Foetal energy demands are greatly increased during late gestation and catabolism of maternal reserves occurs if dietary energy supply is insufficient to meet requirements. Fats and oils are traditionally introduced into late gestation and lactation diets as a highenergy supply to improve neonatal survival and milk yield, and to reduce mobilization of body reserves. Furthermore, the efficiency of using metabolizable energy from lipids is very high, and they have a minimum heat increment compared with other nutrients, thereby reducing summer heat stress. Increasing the energy intake of sows during the anabolic phase of gestation is likely to increase the amount of fat available for mobilization during late pregnancy, and may result in enhanced sow performance during lactation. Besides their general importance as an energy source, fats and oils are also a source of essential fatty acids. Recent studies have shown that several fatty acids appear to improve body function and may be important in physiological processes such as neonatal immune function and sow fertility. This chapter mainly focuses on the recent advances in dietary uses of omega fatty acids (n-3 and n-6 FA) and conjugated linoleic acid to enhance reproductive performance and immunology of sows as well as the performance and immune status of their foetuses and neonates.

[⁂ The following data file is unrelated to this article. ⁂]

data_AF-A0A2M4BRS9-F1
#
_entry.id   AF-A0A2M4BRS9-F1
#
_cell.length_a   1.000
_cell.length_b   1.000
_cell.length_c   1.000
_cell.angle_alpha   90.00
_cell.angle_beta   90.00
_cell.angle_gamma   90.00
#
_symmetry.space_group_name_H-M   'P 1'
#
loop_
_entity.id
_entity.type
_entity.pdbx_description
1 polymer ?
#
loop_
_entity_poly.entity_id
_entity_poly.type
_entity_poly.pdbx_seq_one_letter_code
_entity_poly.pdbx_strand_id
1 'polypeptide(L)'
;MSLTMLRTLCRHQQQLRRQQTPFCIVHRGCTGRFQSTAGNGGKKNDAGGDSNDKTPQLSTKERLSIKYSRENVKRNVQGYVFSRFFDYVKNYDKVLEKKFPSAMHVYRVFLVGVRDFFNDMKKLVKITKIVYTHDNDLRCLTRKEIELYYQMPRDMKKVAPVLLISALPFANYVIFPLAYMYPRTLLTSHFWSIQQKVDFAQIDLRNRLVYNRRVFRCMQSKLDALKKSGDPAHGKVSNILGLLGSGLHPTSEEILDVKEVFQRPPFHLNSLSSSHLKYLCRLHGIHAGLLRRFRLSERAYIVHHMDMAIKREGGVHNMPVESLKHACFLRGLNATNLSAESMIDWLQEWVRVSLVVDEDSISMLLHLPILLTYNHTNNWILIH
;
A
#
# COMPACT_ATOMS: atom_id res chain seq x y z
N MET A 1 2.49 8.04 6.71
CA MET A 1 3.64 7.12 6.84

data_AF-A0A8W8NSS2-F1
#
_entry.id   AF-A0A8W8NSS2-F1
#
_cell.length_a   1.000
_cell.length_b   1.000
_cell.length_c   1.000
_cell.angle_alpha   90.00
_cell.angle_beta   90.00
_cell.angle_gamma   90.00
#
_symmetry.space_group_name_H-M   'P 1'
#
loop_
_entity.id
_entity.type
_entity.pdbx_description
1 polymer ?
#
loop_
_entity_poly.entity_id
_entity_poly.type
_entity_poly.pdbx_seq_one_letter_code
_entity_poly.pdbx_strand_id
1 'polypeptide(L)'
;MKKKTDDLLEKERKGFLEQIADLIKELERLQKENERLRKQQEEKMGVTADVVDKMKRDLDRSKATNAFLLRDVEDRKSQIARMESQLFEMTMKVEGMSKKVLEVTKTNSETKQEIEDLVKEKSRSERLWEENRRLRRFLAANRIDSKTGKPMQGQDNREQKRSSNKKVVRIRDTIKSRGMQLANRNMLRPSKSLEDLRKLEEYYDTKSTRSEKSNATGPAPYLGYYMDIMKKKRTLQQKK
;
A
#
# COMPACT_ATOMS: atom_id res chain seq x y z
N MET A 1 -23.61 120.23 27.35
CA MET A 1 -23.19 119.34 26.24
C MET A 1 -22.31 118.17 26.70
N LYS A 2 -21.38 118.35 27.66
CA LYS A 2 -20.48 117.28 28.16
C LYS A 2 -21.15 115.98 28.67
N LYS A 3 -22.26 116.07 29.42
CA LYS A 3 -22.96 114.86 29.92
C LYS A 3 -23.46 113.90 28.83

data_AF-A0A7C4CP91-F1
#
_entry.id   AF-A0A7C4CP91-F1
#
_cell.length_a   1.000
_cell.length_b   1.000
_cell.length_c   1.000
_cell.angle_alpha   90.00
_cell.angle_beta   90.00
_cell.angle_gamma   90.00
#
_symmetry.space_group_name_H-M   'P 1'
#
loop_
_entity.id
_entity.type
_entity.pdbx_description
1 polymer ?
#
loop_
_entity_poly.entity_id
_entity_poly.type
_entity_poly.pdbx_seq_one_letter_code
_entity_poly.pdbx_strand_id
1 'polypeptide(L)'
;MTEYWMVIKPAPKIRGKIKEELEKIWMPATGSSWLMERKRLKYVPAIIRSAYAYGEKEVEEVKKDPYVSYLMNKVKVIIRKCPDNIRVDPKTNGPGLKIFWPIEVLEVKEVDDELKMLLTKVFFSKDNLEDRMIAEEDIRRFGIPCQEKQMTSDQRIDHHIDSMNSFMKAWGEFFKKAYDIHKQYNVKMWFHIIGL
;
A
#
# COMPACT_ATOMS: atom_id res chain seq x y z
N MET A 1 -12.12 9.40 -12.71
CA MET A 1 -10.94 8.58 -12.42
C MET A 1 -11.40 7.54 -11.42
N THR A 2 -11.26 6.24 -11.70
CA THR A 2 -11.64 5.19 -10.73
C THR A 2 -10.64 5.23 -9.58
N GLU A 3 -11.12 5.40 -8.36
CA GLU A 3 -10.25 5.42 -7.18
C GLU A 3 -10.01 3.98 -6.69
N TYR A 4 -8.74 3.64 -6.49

16. Feeding various fat sources to sows: effects on immune status and performance of sows and piglets
V. Bontempo Related information
1Department of Health, Animal Science and Food Safety, Università degli Studi di Milano, via Celoria 10, 20133 Milan, Italyand X.R. Jiang Related information
1Department of Health, Animal Science and Food Safety, Università degli Studi di Milano, via Celoria 10, 20133 Milan, Italy
Pages: 357 - 376
Published Online: December 02, 2014